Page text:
I started out as a nursing major, but learned early on that I would need to be better at following others’ direction and handling the emotional aspects of the job. I wasn’t good at either. An advisor helped me focus on what was more natural and interesting to me – which was psychology. I was an undergraduate at UC Davis in California, where I graduated Magna Cum Laude. Again, on the advice of my professor and advisor I decided to pursue the joint JD/PhD program at Drexel/Villanova in Philadelphia. Only three to five students are admitted into the program per year, and I was fortunate enough to be accepted.

When speaking with ultra-successful professionals, it is always interesting to hear about their early years; the years that led up to their later achievements. Will you talk a little bit about your background?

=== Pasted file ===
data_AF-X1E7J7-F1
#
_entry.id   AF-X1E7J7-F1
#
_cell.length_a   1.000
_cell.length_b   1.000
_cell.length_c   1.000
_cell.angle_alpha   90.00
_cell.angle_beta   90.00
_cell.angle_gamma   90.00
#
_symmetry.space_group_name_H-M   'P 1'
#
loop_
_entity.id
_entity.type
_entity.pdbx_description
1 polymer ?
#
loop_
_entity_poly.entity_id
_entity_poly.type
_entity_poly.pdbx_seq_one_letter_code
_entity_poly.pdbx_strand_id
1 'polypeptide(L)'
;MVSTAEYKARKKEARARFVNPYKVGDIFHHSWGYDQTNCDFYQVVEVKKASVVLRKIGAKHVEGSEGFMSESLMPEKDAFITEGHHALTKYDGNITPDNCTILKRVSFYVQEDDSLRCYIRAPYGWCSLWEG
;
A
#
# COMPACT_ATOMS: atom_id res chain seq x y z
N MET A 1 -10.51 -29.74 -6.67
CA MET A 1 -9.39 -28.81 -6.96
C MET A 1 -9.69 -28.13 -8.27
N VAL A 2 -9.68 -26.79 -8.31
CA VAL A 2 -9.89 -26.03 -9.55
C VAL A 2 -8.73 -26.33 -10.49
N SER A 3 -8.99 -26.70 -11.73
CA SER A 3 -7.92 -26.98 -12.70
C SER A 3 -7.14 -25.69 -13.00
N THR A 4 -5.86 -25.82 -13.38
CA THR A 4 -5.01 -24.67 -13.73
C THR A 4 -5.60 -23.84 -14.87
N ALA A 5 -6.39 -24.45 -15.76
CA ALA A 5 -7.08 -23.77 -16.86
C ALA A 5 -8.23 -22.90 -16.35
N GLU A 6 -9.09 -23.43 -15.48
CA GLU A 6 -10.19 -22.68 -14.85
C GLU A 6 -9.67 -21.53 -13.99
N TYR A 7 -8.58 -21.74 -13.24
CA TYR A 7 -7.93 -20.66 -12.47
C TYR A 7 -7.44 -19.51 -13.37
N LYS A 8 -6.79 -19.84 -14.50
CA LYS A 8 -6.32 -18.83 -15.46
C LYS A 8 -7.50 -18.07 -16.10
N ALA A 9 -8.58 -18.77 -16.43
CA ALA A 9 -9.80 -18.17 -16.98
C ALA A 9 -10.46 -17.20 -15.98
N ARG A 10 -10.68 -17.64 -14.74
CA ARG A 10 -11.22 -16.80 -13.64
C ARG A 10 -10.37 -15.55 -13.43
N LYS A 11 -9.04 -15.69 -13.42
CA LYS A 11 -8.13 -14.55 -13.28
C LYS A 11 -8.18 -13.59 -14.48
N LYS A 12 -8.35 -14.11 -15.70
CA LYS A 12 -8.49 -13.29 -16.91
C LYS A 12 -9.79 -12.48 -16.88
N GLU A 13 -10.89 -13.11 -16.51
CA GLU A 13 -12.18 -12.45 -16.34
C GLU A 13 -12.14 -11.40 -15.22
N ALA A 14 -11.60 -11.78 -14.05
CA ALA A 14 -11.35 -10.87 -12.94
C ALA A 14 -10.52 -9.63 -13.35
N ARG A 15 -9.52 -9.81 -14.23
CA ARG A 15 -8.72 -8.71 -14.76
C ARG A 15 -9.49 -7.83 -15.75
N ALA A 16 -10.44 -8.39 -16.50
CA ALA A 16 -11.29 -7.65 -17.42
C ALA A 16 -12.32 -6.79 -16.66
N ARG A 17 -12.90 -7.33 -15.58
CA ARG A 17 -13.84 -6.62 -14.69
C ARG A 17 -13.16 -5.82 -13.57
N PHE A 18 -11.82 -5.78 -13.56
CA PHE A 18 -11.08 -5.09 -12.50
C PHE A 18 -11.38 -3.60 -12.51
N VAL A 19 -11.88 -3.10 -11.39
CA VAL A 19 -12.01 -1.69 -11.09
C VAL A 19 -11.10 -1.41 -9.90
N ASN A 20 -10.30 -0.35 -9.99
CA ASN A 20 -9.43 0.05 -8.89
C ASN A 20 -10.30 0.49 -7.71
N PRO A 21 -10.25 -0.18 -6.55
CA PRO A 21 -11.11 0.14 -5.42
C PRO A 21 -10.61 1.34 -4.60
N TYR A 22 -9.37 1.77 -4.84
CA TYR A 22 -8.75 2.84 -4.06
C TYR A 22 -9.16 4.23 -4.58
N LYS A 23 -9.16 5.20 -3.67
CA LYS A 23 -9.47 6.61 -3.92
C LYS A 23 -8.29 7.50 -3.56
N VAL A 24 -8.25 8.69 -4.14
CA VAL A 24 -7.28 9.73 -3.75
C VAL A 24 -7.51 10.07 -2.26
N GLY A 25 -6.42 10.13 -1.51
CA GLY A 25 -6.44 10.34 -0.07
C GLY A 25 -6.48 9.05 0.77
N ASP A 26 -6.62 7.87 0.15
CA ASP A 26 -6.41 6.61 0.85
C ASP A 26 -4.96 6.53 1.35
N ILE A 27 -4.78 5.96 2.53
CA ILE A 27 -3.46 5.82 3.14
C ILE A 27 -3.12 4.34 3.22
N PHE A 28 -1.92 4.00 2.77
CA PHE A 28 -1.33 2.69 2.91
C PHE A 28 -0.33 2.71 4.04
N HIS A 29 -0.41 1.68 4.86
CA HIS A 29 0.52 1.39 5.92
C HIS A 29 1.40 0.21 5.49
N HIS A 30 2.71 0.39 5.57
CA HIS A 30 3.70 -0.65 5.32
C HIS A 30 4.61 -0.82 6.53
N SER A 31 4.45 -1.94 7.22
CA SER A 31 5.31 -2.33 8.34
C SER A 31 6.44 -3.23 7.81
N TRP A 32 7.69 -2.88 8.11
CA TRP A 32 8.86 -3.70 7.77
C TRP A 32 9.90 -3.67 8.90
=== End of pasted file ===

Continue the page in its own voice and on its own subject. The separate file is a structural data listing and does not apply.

My parents divorced when I was five and had a contentious relationship throughout my childhood. Many different lawsuits, many different therapists and changes were implemented throughout these times. My mother is a graduate of high school and never really held down a full-time job. My father was a college graduate and started his career as a police officer. He was promoted several times and became Bureau Chief for the Department of Justice in California. He ran forensic labs and then retired from police work and went into politics. He was elected mayor of a small town in California and was then appointed county supervisor by the governor. My grandmother was my consistent caretaker, and she was very academically oriented. She made sure that I took honors classes and was doing the work I needed in order to do well. I also have a natural desire to achieve – I always like to be the first and best at what I do.